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  January 27, 2003

A Piece of UConn History:
Looking Back From 2003
By Mark J. Roy
[ Index to UConn History ]

120 Years Ago - In 1883, the first graduates of Storrs Agricultural School received their certificates during a commencement ceremony held at the old Storrs Congregational Church. Six boys graduated, and each delivered a paper on an agricultural research topic. The commencement speaker on June 27, 1883 was J.M. Hubbard, a member of the Board of Trustees from Middletown.

Storrs Agricultural College Class of 1883

The first graduates of Storrs Agricultural School received their two-year certificates in 1893. They were: (left to right) Frederick Brown of Gilead (Hebron); CHarles S. Foster of Bristol; Henry R. Hoisington of Coventry; Burke Hough of Weatogue; Arthur S. Hubbard of Glastonbury; and Andrew K. Thompson of West Cornwall.

[ Photo From University Archives ]

110 Years Ago - In 1893, the school became Storrs Agricultural College, and formally accepted women as students; they had been taking classes informally since 1891. Also in 1893, SAC was designated as Connecticut' s land-grant college and Yale sued the state over its loss of land-grant status. A three-judge panel ruled three years later that Yale should receive damages of $154,604, but that the state could designate whatever institution it desired as its land-grant designee.

105 Years Ago -In 1898, immediately after graduation in June, four of the 14 graduating seniors joined the U.S. Army to serve in the Spanish-America n War. One of the four, Willis Hawley, visited Storrs on leave in late September. Two months later, on Nov. 18, 1898, Hawley died of typhoid fever at a Red Cross hospital in Philadelphia. The first graduate to die while in military service, Hawley was remembered with the naming of the campus armory built in 1914.

Also in 1898, George Flint succeeded Benjamin Koons as president of Storrs Agricultural College. Koons became the first president emeritus and continued to teach and serve as director of the Museum of Natural History. Flint was to have a brief and controversial tenure: accused of trying to move the agricutural college toward "classical education", he was forced to resign in 1901.

75 Years Ago -In 1928, Charles Lewis Beach retired as president of Connecticut Agricultural College, after serving 20 years as president. He had been a faculty member from 1896 to 1906, but after two years at the University of Vermont, he was called by trustees to return to Storrs as president. During Beach's tenure, the college saw its first major building expansion, with the construction of Hawley Armory, the Mechanic Arts Building, Koons Hall, a dining hall (now the Benton Museum), and Holcomb Hall. Started during his presidency, Beach Hall was named for him when it was dedicated in 1929.

70 Years Ago -On Sept. 15, 1933, Beach died, five years to the day after his retirement and 25 years to the day after he began his presidency in 1908.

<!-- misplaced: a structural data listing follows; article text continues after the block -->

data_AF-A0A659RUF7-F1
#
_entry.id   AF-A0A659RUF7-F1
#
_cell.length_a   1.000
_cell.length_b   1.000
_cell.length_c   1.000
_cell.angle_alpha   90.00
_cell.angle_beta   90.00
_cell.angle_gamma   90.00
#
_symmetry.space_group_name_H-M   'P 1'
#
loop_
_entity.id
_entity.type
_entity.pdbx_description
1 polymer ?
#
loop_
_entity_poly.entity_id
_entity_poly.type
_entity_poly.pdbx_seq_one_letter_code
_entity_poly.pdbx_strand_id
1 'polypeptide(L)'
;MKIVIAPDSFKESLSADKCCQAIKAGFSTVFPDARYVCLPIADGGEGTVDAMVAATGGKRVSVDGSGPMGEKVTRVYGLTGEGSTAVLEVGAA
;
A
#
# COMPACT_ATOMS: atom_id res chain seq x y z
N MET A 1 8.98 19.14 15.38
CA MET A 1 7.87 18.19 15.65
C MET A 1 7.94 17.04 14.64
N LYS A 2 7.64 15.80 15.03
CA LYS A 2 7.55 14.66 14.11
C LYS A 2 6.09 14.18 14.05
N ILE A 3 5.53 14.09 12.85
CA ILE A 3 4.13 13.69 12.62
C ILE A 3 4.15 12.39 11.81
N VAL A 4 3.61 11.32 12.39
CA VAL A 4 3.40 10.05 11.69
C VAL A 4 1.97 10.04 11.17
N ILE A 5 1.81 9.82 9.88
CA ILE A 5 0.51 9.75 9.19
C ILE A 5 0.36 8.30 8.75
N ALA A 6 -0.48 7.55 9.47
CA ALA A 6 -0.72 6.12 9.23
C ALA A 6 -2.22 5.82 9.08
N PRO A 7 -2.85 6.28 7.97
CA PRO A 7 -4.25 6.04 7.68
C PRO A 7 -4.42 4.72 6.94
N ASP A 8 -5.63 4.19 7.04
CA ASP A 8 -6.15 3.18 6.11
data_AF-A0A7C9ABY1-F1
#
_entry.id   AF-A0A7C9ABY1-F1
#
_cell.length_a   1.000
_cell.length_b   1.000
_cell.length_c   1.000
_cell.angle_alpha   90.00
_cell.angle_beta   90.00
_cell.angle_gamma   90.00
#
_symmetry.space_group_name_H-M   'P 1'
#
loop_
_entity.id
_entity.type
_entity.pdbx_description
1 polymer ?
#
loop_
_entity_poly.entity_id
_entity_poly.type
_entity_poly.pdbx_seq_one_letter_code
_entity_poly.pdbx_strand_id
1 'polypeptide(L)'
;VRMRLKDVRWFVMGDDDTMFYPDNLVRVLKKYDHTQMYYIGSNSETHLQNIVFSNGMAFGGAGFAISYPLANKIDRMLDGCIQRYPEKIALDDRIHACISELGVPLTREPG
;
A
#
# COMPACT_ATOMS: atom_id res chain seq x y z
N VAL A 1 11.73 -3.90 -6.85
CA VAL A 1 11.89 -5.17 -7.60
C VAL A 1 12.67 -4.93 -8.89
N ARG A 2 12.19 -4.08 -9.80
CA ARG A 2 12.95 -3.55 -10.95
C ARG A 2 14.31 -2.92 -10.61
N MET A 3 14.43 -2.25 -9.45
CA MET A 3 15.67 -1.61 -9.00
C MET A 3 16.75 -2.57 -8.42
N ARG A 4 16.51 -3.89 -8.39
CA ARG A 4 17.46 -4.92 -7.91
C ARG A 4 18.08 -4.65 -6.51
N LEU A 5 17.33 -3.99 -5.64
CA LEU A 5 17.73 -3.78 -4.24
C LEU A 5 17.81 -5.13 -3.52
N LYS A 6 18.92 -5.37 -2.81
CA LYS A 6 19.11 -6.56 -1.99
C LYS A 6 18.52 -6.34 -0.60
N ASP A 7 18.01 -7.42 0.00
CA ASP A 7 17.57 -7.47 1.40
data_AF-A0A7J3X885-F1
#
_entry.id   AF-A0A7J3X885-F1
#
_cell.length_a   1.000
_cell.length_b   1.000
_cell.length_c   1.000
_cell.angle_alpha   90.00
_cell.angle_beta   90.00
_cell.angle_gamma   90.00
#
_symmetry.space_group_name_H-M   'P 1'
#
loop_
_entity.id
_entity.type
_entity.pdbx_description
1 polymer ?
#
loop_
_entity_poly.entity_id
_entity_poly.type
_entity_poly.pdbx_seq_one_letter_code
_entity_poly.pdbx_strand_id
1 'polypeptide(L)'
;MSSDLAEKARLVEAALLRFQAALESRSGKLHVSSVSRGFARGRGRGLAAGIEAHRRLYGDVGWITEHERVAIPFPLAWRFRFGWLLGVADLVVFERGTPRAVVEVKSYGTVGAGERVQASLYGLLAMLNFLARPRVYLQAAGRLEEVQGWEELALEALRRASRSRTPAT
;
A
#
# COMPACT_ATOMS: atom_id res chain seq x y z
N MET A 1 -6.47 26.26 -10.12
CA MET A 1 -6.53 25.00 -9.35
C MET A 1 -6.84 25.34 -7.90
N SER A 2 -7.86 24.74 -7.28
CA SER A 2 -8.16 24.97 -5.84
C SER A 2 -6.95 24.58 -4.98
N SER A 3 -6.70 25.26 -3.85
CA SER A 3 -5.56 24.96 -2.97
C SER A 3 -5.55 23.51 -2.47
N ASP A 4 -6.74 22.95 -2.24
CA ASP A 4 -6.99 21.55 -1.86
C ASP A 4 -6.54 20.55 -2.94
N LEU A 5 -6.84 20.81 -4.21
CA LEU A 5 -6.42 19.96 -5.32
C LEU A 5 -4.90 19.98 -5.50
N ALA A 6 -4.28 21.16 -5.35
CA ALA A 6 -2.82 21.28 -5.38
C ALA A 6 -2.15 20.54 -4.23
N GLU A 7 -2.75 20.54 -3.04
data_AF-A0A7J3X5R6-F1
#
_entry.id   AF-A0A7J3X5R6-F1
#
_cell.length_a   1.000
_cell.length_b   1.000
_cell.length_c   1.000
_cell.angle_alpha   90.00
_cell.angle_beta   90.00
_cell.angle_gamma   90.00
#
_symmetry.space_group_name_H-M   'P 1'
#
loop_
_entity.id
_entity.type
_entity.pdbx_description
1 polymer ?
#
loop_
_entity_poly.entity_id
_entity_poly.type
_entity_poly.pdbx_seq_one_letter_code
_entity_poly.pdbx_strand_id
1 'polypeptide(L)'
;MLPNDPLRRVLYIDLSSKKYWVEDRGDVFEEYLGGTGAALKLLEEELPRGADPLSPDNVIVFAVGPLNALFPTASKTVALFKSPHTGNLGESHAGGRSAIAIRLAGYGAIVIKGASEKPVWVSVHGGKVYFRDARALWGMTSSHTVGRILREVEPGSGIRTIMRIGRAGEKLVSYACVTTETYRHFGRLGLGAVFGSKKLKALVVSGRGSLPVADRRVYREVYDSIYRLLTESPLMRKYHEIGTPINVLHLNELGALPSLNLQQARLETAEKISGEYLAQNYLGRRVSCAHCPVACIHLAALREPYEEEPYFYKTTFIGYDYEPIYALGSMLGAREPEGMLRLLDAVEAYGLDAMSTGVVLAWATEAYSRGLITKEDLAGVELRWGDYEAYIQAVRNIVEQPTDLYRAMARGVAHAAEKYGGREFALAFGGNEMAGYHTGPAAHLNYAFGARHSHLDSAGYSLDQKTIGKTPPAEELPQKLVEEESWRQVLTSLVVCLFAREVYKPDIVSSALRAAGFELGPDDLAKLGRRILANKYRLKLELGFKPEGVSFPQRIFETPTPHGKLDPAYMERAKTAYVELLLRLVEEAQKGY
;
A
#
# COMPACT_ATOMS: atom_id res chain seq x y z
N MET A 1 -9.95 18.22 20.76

William Hayakawa, Dick Wargo, and Kay Kyokawa in 1944.

Imposed as a matter of national security, the United State government interned Japanese-Americans at camps in western states starting in 1942. However, some college-age internees were allowed to continue their education far from home. UConn accepted about a dozen of these students in 1943, and was the only higher education institution in the state to do so. Among the students welcomed to Storrs were two standouts in football and baseball: William Hayakawa (left) and Kay Kyokawa (right). This 1944 photograph shows them with baseball coach Dick Wargo.

[ Photo From University Archives ]

60 Years Ago -In 1943, nine Japanese-American students began classes at the University of Connecticut. The nine had been interned in camps with their families after the outbreak of World War II. UConn was the only institution of higher education in the state to accept Japanese-American students through a government program that allowed the students to complete their education.

Also in 1943:

  • The School of Law and College of Insurance were established, after UConn acquired the Hartford Colleges of Law and Insurance. (The College of Insurance was absorbed into the School of Business during a reorganization in the 1960s.)
  • The first women enrolled in the School of Engineering began classes.
  • A wartime prefabricated Roman Catholic Chapel was erected. It burned down in 1946. Mass was served in temporary quarters until the opening of Saint Thomas Aquinas Chapel two years later.

50 Years Ago - In 1953 - Football season opened in the new Memorial Stadium; a bill to replace the Board of Trustees with a Board of Regents was defeated in the state Senate; and the student newspaper, the three-times-a-week Connecticut Campus, became the Connecticut Daily Campus.

40 Years Ago - In 1963 - Homer Babbidge was inaugurated as UConn's eighth president. He succeeded Albert N. Jorgensen, who retired the year before after 27 years as president. Babbidge held the office for 10 years, stepping down in 1972.

30 Years Ago - In 1973 - Glenn Ferguson, president of Clark University in Worcester, Mass., was named UConn's ninth president. During his five-year tenure, the University administration was reorganized, moving from a provost system to a cabinet of vice presidents. Also, 1973 was the last year diplomas were issued on real sheepskin.

20 Years Ago - In 1983 - UConn launched its first capital campaign. Known as the "Second Century Fund," the campaign garnered more than $50 million in donations, more than double the campaign goal of $25 million.

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